Analytics and attribution in advertising are similar to religion. You have to believe in one approach based on the result of how it makes you feel, and you stick with it for a long time. Maybe somewhere along the way you make a switch, but not without much consternation and debate. For an attribution model to work, you have to have faith.
Last week I moderated a panel on this topic where this analogy resonated with me. Many advertisers use many different models for attribution, from media-mix models to last click, from weighted averages based on previous experience to massively complex algorithms.
The only thing consistent for these models is, they all have flaws because they are trying to measure human behavior, which is ultimately unpredictable.
To that end, you have to pick an approach and stick with it because what you want is to measure trends over a period of time. If you can count on the consistent inconsistency in your model, then you can be effective in your analytics!
The goal is to understand the model’s flaws, account for them, and ensure they are consistently wrong in the same place. If you do this, you can look at the trend over time.
What doesn’t make any sense is testing out new models of attribution on a regular basis.
The dirty little secret is that if you work the numbers enough, you can get them to say whatever you want them to say. Numbers are malleable in one-off instances. Trends are not malleable.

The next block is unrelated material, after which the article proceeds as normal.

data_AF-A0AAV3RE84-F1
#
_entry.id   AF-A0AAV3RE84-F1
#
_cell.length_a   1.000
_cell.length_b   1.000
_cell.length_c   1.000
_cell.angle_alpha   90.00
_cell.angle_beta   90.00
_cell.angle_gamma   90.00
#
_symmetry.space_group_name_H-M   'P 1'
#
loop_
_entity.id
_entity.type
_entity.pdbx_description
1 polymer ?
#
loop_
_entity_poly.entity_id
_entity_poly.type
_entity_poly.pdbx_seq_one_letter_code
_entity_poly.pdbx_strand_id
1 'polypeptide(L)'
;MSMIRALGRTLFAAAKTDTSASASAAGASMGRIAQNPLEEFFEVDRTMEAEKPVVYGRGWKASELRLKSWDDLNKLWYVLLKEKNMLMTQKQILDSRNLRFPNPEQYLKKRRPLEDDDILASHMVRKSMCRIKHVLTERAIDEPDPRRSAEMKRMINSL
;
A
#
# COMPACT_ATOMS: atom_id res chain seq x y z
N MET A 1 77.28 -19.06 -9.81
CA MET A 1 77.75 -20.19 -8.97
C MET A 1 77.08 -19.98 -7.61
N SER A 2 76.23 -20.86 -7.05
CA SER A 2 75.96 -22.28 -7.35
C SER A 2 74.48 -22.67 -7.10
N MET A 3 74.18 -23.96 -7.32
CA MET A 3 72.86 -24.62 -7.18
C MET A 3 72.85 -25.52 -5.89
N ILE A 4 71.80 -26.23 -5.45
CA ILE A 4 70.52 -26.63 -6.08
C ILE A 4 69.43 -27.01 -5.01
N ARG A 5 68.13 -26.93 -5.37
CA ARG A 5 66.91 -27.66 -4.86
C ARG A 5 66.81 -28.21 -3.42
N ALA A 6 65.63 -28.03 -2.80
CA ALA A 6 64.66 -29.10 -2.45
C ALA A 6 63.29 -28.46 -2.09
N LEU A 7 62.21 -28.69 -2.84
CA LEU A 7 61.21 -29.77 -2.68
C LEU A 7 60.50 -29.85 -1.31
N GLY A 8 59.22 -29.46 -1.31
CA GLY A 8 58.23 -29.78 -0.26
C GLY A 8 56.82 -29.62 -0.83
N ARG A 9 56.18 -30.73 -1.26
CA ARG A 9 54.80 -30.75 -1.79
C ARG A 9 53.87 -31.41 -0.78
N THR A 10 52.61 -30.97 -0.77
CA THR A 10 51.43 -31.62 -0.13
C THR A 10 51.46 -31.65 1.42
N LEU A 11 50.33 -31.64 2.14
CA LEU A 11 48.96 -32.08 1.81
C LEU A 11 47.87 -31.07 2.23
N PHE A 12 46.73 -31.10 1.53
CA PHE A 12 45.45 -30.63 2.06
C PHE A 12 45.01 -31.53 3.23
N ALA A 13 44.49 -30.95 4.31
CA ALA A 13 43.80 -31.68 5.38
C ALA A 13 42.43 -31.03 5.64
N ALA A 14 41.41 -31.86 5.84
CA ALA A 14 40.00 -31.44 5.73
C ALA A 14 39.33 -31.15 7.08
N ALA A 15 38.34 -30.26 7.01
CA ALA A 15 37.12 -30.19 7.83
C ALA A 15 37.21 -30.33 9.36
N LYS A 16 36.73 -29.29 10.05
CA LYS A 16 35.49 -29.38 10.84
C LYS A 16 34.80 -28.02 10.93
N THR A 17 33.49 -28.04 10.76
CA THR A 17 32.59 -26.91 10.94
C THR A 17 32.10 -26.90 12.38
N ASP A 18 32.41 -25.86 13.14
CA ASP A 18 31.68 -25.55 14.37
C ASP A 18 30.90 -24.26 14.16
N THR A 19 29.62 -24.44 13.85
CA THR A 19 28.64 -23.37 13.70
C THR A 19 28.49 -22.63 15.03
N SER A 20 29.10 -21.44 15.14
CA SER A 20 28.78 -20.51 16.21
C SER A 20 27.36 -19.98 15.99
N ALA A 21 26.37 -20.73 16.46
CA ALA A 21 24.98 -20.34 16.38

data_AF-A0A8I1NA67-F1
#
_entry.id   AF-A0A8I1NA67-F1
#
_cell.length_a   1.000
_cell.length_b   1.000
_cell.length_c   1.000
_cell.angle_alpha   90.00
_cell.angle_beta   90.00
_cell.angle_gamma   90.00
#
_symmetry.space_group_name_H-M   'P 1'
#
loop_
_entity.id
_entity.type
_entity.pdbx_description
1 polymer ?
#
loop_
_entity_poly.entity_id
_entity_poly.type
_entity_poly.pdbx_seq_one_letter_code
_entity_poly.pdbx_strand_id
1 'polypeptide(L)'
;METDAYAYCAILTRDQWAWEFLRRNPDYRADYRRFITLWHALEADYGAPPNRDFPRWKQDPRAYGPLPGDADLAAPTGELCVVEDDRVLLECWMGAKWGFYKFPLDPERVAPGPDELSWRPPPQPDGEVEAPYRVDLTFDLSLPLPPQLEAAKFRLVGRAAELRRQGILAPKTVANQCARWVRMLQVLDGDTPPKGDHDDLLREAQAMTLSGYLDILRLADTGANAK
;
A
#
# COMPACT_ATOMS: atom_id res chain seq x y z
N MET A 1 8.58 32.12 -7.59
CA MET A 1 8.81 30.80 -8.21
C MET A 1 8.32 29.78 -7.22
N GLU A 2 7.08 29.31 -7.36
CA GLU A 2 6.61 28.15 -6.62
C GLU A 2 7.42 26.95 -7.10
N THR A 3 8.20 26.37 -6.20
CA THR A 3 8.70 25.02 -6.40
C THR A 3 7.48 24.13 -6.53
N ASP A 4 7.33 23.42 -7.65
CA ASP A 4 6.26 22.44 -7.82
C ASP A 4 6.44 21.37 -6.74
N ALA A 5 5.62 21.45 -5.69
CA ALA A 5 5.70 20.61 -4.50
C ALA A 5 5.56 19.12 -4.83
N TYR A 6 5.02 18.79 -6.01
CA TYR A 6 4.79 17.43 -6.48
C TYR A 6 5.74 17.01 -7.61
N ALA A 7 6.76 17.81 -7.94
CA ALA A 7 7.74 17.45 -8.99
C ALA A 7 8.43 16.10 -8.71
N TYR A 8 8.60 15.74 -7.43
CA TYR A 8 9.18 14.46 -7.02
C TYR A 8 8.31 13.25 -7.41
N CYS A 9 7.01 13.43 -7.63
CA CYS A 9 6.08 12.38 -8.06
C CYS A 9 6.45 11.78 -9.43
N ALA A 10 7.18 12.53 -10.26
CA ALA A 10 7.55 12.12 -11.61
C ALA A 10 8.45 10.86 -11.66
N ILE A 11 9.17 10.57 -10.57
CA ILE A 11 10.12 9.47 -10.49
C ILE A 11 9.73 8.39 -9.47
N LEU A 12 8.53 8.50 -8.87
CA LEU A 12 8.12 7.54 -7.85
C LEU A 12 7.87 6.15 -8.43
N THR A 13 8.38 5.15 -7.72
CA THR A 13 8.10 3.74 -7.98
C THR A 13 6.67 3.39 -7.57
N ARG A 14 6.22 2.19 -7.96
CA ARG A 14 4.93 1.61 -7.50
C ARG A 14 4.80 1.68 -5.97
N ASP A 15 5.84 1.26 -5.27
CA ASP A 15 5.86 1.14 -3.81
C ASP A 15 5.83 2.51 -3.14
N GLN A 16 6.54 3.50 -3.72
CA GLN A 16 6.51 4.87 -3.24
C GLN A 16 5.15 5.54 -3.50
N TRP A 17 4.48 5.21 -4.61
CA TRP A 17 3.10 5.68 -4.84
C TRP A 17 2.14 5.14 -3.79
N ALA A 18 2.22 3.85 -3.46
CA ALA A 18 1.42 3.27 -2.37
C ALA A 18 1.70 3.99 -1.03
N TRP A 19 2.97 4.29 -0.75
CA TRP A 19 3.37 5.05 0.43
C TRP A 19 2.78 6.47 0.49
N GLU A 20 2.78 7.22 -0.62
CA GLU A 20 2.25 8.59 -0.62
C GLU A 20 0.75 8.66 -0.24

The trend of improvement over time and a trend that correlates to increased sales results in an effective campaign. You can accept fluidity as long as it is over a long period of time.
My advice is to identify a model and stick with it for at least a year, and preferably for two to three. At one year, you might start to see some trends
and can determine if those trends are in line with your sales numbers. Over a two-to-three-year period, you can absolutely identify connections.
During that panel last week, one of the panelists made a great comment: Being data-driven is not the same as being data-informed. Being data-driven means you rely very heavily on the numbers to make your decisions. Being data-informed means you read the numbers, but you still have the choice to ignore them and go with your gut.
If you have the right analytics model in place, you are very likely to know that the numbers are what they tell you, but you will never be afraid to make the final decision based on what your instincts are telling you.
If the model is accurate (enough), then your decision will either pay out or prove wrong quickly, and the trend line of your results will tell you this. It’s about belief. Do you believe in your instincts — and are there data points to support your ideas?